Location

Dr. Antonieto Yumang

Dr. Mark Hsu

4405 Milestrip Rd. | Buffalo, NY 14219

Medicaid and State Insurance Accepted!

Do You Have Sinus Pressure or a Toothache?

brunette woman holding mouth in pain from sinus pressure toothache

If you are suffering from a sinus infection, you might also be experiencing a toothache. According to the American Rhinologic Society (ARS), sinusitis is the inflammation of your nasal passage lining. When a cold lasts longer than two weeks, it often develops into an acute sinus infection which begins in your maxillary sinuses. These sinuses are just above your molar teeth roots and can swell with bacterial or mucus buildup. The pressure put on your dental nerve endings from this swelling can cause a toothache, especially in your upper rear teeth.

It’s important to be sure whether your sinus infection is the cause of your toothache, so be sure to call us if you think your toothache may be separate from your sinus infection. However, if your toothache is a result of sinus pressure, here are some ways in which you can relieve the pain.

Drink Fluids

Always the cornerstone of taking care of yourself, it’s vital that you stay hydrated when you have a sinus infection and toothache. Water helps to hydrate your mucus membranes which decreases buildup. You can also add drinks with electrolytes into your diet, such as coconut milk, if you are dehydrated.

Use Steam

A hot shower can help reduce your congestion and pain, so turn up the temperature and enjoy the benefits of a steam-filled shower.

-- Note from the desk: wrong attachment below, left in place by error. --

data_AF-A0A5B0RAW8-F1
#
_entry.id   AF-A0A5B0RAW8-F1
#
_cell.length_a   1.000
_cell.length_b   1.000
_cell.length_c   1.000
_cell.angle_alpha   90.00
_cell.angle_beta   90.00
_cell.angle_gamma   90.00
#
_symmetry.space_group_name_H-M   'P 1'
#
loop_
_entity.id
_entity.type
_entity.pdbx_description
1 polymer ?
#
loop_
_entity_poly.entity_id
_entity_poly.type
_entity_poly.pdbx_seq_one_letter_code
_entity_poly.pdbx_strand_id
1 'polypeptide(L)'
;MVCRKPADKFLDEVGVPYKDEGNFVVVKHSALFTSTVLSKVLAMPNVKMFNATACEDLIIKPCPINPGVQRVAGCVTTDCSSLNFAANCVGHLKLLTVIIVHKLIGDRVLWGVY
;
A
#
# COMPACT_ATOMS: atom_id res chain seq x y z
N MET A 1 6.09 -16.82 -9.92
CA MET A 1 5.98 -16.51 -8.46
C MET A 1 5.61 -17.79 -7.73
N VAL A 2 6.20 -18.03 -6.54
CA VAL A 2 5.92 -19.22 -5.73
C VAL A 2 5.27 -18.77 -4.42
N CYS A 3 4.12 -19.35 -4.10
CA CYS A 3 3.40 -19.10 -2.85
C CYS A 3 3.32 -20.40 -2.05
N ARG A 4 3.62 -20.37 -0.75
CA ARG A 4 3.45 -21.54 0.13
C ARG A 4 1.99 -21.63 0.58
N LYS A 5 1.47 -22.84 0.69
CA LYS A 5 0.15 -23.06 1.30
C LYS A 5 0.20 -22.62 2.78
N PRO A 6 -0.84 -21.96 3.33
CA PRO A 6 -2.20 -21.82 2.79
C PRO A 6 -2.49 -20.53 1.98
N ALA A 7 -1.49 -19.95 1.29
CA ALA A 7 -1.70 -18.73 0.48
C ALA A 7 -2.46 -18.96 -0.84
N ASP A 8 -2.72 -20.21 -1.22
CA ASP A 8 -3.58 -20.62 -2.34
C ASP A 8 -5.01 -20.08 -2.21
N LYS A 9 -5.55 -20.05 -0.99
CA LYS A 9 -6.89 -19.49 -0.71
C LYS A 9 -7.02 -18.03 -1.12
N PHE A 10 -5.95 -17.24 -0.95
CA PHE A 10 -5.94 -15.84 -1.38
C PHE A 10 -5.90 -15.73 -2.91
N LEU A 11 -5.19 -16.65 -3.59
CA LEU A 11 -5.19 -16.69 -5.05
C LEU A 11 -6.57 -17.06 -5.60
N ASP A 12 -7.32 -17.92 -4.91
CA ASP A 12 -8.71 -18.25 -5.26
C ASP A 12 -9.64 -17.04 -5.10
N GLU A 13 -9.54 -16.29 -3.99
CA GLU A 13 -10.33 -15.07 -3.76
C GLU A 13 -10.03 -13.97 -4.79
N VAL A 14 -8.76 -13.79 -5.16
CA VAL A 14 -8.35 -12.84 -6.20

Eat Spicy Foods

Spicy foods like chili peppers or horseradish contain mucus-thinning properties that can provide some relief. Not all spicy foods work the same way, though, so be sure to ask your doctor about what spicy foods are best.

Use Expectorants

Over-the-counter expectorants help to relieve sinus infection tooth pain by draining mucus, which decreases the pressure in your sinuses. Decongestants can also decrease the pressure, but they dry out your nasal passages whereas expectorants essentially melt the mucus. Nasal expectorants are best, but be careful to follow the instructions closely. Consult your doctor if the designated dosage is not working for you.

Hum Yourself to Sleep

It may sound odd, but humming has been linked to decreasing sinus pain. When you hum, you are naturally vibrating your face, mouth, and throat. Try humming different tones until you hit upon the one that best engages the inflamed area.

Rest Your Head in the Right Position

One of the worst parts of having a cold happens when you lie down. Lying horizontally can cause blockage and continual pressure, but by keeping your head in a propped, titled position, you may be able to drain that mucus and feel some relief.

Be sure to call us if your toothaches get any worse or if it persists once your cold is gone.

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